"The designation was a result of unusually cool and wet weather last fall that affected the harvest of fall crops and the planting of wheat and small grains in these counties," explains Jackie McKenzie, a Georgia FSA spokesperson.
Farmers meeting the eligibility requirements for the loans will have eight months from the date of the declaration to apply for the loans to help cover part of their actual losses. FSA will consider each loan application on its own merits, taking into account the extent of losses, security available and repayment ability.
These disaster loans are separate from the Agricultural Assistance Act of 2003, passed in February, says Steve Newton, Georgia FSA state executive director. Disaster designations are initiated by member of county emergency boards made up of representatives of numerous government agencies who determine that weather or a natural disaster has adversely affected agriculture and request a disaster designation, explains Newton.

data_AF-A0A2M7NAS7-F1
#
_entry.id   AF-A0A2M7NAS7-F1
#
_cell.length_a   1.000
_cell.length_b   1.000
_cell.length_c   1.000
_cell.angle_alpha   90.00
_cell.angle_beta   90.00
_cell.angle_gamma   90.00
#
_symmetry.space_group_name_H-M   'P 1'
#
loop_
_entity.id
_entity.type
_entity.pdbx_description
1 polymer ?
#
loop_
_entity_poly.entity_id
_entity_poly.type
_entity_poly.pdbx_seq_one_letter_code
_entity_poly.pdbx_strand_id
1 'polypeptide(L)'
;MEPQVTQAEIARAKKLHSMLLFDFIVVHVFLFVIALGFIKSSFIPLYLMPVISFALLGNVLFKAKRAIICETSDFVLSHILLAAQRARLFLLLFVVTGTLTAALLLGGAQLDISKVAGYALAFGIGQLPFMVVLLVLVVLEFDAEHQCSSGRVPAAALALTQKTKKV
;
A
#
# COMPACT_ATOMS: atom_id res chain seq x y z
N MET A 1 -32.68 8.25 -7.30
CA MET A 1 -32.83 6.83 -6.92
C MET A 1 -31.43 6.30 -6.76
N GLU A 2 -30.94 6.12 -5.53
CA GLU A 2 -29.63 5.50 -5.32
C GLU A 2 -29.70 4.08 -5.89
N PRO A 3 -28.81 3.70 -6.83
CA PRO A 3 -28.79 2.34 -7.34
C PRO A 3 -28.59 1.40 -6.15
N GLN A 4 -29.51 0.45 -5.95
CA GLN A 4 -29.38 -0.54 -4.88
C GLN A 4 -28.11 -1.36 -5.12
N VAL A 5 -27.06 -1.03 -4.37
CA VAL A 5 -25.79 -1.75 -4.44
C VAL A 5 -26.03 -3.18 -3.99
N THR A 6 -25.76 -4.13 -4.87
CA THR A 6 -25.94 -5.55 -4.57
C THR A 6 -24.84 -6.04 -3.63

"These loans are not limited to a specific crop but are open to all producers affected by this type of weather in these counties," says Newton. "This is the first step in determining how widely dispersed the disaster is and qualifies counties for relief if Congress passes additional relief.
Farmers interested in more information should contact their local FSA office.